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close this bookBukusu Folktales (Kenya Literature Bureau, 1986, 134 p.)
View the document(introduction...)
View the documentForeword
View the documentIntroduction
View the documentThe Boy Who ate the Elephants' Rumps
View the documentThe Hare and the Leopard
View the documentMwambu and Sella
View the documentThe Story of Apelu
View the documentHare Steals a Hen
View the documentSimbi and Namakanda
View the documentKhole
View the documentWanakhatandi
View the documentA Father and His Son
View the documentAn Old Woman and Her Deformed Son
View the documentThe Dog and the Leopard's Children
View the documentNasio and her Brother
View the documentHare, Hyena and Lizard
View the documentKasawa and his Forbidden Pumpkins
View the documentA Woman and Her Daughter of Clay
View the documentHare leads Leopard to a Hive
View the documentHyena and Baboon
View the documentHare and Elephant Pay a Visit
View the documentLemata and Katamba
View the documentThree Men meet a Strange Old Woman
View the documentA Hyena Ate His Protector
View the documentThe Secret of a Murder
View the documentA Bull Newt Who Refused to heed his wife's advice
View the documentA Dying Old Woman earns Bridewealth for her Sons
View the documentFortuity is like Dew Drops
View the documentA Basket Maker Declares Himself Free from the Burden of Debts
View the documentThe Thirsty Intruder
View the documentBack Cover

Hare, Hyena and Lizard

One day, Hare said to Hyena, “Brother Hyena, you know I like you very much. I would hate to see you in trouble at any time at all whilst we are great friends like this. All I ask of you is that you try to heed other people's advice. I personally have had a lot of experience in life and I feel that whenever and wherever we go out together you should always listen to what I tell you. All right?”

The two friends continued talking as they moved towards a mountain cave. On coming close to the cave Hare said, “Brother Hyena, let us examine this cave to see whether it can provide one with shelter in time of attack by an enemy.”

Hyena agreed and followed Hare into the cave. Whilst they were still looking around Hare started screaming and shaking as if he were retreating from imminent danger. “Eey, eeey! Brother Hyena we are in for trouble. This stone is going to crash on our heads. Please watch out! Ooooh....help....heeeelp, Please he--elp!”

Seeing that Hare was putting in an effort to hold the stone back into position Hyena came over to help him, stretching his hind limb to a breaking point. “This is right, Brother Hyena,” said Hare as he pretended to be gasping for breath. “Keep on holding there without losing your grip, while I go to summon more help.”

Hare ran out of the cave crying and shouting aimlessly, “Help, help....he..e..elp!” until he disappeared from sight and went home. Poor Hyena continued holding the rock day and night without relaxing a muscle at all. He was so hungry that his desire for food stretched to a point where he was almost ready to eat anything that would come his way. On the fifth day a lizard who passed by everyday saw Hyena still transfixed in the same position as he had seen him previously. “Brother Hyena,” he shouted, “how are you getting on over there? Each day I pass here I see you supporting that rock. What is wrong with you are you in trouble or something?”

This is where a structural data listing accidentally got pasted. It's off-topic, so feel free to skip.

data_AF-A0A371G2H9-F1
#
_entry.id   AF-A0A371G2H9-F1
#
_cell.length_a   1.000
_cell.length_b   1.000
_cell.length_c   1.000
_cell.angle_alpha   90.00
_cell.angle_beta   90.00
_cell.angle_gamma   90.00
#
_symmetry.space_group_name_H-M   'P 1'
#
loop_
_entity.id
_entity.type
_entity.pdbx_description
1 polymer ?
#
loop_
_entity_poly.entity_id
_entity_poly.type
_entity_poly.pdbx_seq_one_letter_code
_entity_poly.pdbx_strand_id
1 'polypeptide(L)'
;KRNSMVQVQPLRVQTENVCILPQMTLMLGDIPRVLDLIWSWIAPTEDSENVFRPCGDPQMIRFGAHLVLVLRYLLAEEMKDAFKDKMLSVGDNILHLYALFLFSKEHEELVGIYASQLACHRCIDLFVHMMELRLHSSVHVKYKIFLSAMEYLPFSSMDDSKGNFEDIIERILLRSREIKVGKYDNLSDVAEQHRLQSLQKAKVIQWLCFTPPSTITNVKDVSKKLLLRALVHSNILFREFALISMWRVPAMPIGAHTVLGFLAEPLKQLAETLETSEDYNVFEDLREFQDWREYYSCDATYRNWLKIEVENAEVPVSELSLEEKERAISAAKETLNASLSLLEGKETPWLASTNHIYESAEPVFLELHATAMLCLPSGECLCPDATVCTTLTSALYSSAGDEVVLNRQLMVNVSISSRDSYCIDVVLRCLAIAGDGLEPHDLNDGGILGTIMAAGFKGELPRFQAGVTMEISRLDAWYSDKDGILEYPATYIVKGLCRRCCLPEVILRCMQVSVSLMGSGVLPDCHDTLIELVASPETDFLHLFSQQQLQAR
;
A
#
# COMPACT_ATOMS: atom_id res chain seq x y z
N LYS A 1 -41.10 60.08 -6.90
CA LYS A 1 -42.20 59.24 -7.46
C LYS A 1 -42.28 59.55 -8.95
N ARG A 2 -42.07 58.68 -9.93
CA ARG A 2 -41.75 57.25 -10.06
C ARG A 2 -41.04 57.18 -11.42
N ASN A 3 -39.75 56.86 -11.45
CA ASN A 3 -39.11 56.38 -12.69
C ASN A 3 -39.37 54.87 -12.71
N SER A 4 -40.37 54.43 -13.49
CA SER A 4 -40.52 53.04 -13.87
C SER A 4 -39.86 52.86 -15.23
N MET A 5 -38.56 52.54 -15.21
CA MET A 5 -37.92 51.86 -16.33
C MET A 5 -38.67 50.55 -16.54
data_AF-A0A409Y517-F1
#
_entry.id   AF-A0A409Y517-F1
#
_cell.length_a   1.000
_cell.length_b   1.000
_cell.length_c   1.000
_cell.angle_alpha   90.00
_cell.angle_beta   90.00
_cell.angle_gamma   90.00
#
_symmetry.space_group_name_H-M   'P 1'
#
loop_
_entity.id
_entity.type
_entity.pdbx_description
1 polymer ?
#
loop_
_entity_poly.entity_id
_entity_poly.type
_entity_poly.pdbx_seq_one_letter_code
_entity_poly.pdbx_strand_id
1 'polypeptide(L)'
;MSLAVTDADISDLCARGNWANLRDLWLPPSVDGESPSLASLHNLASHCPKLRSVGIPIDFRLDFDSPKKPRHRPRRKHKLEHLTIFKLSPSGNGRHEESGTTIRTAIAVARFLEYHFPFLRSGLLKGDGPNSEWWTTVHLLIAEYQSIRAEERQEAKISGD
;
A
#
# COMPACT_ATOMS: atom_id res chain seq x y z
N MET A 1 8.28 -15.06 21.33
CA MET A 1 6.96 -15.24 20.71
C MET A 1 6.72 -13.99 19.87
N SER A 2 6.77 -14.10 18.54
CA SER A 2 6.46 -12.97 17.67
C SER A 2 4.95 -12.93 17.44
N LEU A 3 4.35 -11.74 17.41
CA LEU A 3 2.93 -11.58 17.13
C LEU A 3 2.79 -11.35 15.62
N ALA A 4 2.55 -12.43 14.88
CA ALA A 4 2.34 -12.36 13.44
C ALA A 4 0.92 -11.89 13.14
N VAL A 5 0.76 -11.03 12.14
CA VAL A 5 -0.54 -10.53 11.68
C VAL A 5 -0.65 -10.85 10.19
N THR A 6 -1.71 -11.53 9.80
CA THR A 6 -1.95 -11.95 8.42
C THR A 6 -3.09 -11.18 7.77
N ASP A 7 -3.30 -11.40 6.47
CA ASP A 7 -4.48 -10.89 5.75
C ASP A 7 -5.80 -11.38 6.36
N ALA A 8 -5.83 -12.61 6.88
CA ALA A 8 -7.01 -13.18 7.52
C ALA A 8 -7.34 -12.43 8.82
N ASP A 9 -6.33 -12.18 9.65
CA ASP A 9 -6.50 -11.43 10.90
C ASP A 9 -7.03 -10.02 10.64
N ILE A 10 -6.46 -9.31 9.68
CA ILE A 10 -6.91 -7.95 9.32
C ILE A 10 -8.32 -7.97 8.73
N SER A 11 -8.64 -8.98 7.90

Hyena said, “I am in trouble, Brother. This rock is threatening to fall on me! I sent Hare out the other day to go and seek for more help but the fellow has not shown up as yet. It is really a long time since he left here. Please give me a helping hand Brother Lizard.”

Lizard said, “Don't be a fool, Brother! I cannot imagine that you are that stupid. I have never seen such a stupid person. Don't you always see me walking on the same rock leisurely? When has it ever shaken? Leave it alone and go home. Come on, leave that rock and go your way!”

As Hyena stepped back from holding the rock he stumbled and fell down. He was weak and completely emaciated having stayed without food and drink for so long. One could almost count his ribs which were showing out very clearly. “Thank you very much Brother Lizard,” he said as he struggled to stand up. “Now give me your hand so that I can give you a big thank you. Please come nearer!” As Lizard stretched out his hand Hyena grabbed it hungrily and said, “I feel so hungry that you will have to excuse me if I count you as my first meal today.”

“No, no, no!” cried Lizard. “That would be very unkind of you.... I have helped you out of trouble and you now want to show me such ingratitude. Leave me alone....please leave me alone.”

But Hyena did not loosen his grip on Lizard's hand. He ate him up.